Wyoming is home to more than 47,000 veterans, 9.8 percent of whom are women and 43% of whom are over the age of 65. Biden’s plan would allocate $18 billion to improve the infrastructure of VA health care facilities to ensure the delivery of world-class care to veterans enrolled in the VA health care system. This includes improvements to ensure appropriate care for women and older veterans.

So far, the proposal has largely drawn criticism from Republican leaders in Washington, and Wyoming’s congressional delegates have been no exception.

U.S. Sen. John Barrasso, R-Wyo., quickly condemned the plan after its unveiling, calling Biden’s proposal “an out-of-control, socialist spending spree.”

“This proposal starts with the punishing policies of the Green New Deal and builds back worse from there,” Barrasso said in a statement. “It will hike taxes and spend trillions of dollars on the left’s radical agenda.

“Democrats are offering to hamstring the economy with higher energy bills and higher taxes for families in Wyoming and across the country,” he continued. “Republicans want to protect our energy dominance, and let hardworking Americans keep the money they earned. President Biden should change course and look to our bipartisan highway bill from the last Congress if he is really interested in improving our infrastructure.”

Wyoming’s congresswoman, U.S. Rep. Liz Cheney, R-Wyo., has also bashed the plan. On Sunday, Cheney joined CBS’s “Face the Nation” to discuss the plan, which she said would have to be “fundamentally redone” for Republicans to support it.

“The National Association of Manufacturers has said we will probably lose over a million jobs if this is enacted, and you are certainly going to see in addition to the corporate tax increases in the bill, you’ll see middle class tax increases,” Cheney said.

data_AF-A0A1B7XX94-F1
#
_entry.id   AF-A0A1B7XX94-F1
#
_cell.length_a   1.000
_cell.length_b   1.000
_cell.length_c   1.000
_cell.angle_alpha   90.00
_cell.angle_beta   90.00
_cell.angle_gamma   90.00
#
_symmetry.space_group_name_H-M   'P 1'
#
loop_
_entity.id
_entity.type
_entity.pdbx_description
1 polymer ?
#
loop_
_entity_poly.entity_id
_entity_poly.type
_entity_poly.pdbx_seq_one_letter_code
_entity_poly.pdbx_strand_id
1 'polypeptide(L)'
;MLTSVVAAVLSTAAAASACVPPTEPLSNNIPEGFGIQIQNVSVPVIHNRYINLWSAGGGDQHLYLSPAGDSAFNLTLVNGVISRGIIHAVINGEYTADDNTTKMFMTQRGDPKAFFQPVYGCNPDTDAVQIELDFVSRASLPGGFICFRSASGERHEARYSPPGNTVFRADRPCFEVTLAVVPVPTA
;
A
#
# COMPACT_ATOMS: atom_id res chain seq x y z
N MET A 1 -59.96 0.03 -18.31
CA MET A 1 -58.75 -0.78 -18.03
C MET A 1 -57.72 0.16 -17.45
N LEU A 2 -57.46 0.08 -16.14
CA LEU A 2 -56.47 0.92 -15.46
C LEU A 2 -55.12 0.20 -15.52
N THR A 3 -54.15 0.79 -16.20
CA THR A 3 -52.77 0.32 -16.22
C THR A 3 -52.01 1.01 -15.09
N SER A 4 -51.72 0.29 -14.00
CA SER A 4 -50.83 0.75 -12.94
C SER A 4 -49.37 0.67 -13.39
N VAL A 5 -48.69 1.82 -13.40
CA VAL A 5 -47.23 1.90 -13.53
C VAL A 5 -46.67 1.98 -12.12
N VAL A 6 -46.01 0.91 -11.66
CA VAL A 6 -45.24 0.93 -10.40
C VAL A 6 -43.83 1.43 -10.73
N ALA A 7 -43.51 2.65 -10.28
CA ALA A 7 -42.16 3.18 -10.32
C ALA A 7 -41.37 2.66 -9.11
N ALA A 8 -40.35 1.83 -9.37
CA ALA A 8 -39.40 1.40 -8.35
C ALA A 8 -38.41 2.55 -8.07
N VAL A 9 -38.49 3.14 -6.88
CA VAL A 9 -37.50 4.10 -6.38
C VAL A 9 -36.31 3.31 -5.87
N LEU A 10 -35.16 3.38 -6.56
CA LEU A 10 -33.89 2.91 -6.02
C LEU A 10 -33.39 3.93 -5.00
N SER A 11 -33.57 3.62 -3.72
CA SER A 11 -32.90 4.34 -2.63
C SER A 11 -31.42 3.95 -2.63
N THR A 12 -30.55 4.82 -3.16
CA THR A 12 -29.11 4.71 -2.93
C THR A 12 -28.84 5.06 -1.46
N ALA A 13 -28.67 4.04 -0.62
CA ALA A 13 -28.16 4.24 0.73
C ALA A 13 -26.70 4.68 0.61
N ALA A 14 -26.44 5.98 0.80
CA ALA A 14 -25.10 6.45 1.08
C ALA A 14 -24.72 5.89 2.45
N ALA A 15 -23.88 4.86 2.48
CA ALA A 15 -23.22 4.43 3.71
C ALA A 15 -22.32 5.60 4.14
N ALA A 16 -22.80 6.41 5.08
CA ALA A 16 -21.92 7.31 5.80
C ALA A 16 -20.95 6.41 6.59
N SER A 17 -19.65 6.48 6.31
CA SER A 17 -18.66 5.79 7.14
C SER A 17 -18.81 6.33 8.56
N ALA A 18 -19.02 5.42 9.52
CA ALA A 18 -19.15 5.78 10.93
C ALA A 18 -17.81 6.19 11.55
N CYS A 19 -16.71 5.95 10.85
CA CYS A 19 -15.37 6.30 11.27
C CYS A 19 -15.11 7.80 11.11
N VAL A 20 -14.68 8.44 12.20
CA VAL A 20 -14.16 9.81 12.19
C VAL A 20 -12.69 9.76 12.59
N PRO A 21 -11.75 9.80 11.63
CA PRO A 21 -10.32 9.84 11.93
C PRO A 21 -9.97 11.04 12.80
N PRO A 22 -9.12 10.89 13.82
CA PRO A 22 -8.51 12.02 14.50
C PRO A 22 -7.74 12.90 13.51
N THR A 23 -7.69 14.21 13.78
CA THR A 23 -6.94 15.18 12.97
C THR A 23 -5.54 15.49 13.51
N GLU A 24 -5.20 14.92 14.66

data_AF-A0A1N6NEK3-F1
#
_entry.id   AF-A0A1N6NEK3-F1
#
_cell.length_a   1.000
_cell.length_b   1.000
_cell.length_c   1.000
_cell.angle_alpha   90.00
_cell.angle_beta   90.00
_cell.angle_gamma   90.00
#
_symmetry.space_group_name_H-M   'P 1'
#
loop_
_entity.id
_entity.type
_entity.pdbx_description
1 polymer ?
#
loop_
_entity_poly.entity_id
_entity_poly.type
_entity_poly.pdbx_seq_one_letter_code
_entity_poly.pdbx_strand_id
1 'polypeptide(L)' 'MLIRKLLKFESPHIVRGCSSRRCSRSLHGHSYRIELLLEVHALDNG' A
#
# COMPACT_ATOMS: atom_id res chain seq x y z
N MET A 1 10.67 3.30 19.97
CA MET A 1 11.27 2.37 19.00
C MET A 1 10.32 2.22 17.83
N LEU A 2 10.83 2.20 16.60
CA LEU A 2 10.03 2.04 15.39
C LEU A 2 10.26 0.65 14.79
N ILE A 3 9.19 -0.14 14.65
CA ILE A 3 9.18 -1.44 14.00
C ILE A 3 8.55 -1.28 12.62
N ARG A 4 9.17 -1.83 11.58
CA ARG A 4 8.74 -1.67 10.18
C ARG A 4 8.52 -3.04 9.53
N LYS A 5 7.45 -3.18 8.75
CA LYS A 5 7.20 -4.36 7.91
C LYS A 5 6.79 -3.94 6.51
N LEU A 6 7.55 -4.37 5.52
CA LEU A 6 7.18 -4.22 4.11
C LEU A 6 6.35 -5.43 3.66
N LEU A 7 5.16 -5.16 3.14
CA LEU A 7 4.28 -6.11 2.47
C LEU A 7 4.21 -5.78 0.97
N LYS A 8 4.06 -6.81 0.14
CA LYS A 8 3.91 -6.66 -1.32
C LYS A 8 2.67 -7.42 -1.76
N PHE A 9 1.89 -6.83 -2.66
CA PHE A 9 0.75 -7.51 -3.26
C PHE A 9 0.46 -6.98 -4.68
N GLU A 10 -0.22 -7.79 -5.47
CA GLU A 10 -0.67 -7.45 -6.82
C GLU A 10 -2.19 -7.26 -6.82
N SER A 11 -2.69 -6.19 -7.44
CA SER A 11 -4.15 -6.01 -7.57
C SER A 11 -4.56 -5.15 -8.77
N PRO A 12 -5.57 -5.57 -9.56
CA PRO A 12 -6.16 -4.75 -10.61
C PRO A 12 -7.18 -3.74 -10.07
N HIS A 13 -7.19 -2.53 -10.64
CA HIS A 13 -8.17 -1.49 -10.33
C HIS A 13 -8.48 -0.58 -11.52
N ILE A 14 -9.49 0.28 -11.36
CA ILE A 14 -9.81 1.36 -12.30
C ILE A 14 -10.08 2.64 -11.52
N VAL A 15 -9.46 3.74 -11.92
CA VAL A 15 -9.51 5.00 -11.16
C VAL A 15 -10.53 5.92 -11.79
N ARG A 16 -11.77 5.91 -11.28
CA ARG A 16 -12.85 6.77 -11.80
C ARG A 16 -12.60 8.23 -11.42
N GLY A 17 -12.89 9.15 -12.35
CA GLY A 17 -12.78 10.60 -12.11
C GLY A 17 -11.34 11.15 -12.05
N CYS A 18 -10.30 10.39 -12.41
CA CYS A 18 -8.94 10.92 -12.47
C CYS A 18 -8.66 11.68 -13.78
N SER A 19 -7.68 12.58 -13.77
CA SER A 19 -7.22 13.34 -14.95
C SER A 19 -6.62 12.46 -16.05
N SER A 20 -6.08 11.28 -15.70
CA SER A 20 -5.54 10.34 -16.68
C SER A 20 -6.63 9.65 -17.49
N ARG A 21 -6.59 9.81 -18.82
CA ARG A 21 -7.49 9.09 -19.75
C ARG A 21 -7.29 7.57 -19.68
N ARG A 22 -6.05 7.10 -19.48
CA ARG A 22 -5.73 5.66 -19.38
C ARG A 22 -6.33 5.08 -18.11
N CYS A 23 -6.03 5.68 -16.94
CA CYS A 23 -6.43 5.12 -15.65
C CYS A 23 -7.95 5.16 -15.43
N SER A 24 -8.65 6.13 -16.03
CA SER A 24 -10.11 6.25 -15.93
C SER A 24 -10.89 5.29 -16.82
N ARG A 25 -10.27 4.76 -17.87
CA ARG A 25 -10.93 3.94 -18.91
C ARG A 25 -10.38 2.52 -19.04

During the interview, Cheney also made the argument that 6% of the roughly $2 trillion plan would actually go toward addressing infrastructure needs, though that figure only accounts for roads, bridges and highways, rather than other types of public works under the bill that are commonly considered as infrastructure. Cheney’s definition of infrastructure in the interview earned her a “Pants on Fire” rating in a PolitiFact article Tuesday.

U.S. Sen. Cynthia Lummis, R-Wyo., has not been as outspoken against Biden’s proposal as the state’s other two delegates, though she has retweeted statements from other Republican senators opposing the measure. Lummis had not responded to a request for comment by press time Wednesday.

Meanwhile, Gov. Mark Gordon and his team continue to review the details of the plan in discussions with Wyoming’s federal delegation, and the governor “remains concerned about the scope of the proposal,” according to his spokesman, Michael Pearlman.

“The governor does not believe that raising taxes to spend trillions is a responsible approach, and does not support the administration’s proposal to raise the corporate tax rate to fund this plan,” Pearlman told the Wyoming Tribune Eagle on Wednesday.

“The governor has continually stressed the need for infrastructure investment in the state, particularly the need for stable, secure, flexible funding for transportation projects along the I-80 corridor, investment in our state’s aging water infrastructure (illustrated by the Goshen irrigation canal collapse last summer), investment in carbon capture and sequestration, and investment in broadband infrastructure to unserved and underserved areas,” he continued.

Although the plan will likely require some compromise in Congress – a handful of Republican senators have prepared a pared-down counter proposal this week, according to The Washington Post – at least one aspect of the sweeping proposal has generated some excitement from local leaders.

Under Biden’s plan, Amtrak would receive $80 billion, and the company recently released a proposal that would expand passenger train service nationwide, including an extension into Cheyenne from the Front Range. 

Dale Steenbergen, CEO and president of the Greater Cheyenne Chamber of Commerce, said during a virtual event Monday that the railway extension would be a “game-changer” for the capital city.

“From Cheyenne’s perspective, this is a really tremendous opportunity,” Steenbergen said. “Our economy is all about business up and down the Front Range.”

But whether the funding for Amtrak makes it into a finalized infrastructure plan remains to be seen. Regardless of what happens in Congress, road funding will likely remain an important issue in Wyoming for years to come. Late last year, a consulting group found that the Wyoming Department of Transportation faces annually unmet needs worth about $354 million, more than half of which is for the state’s roads.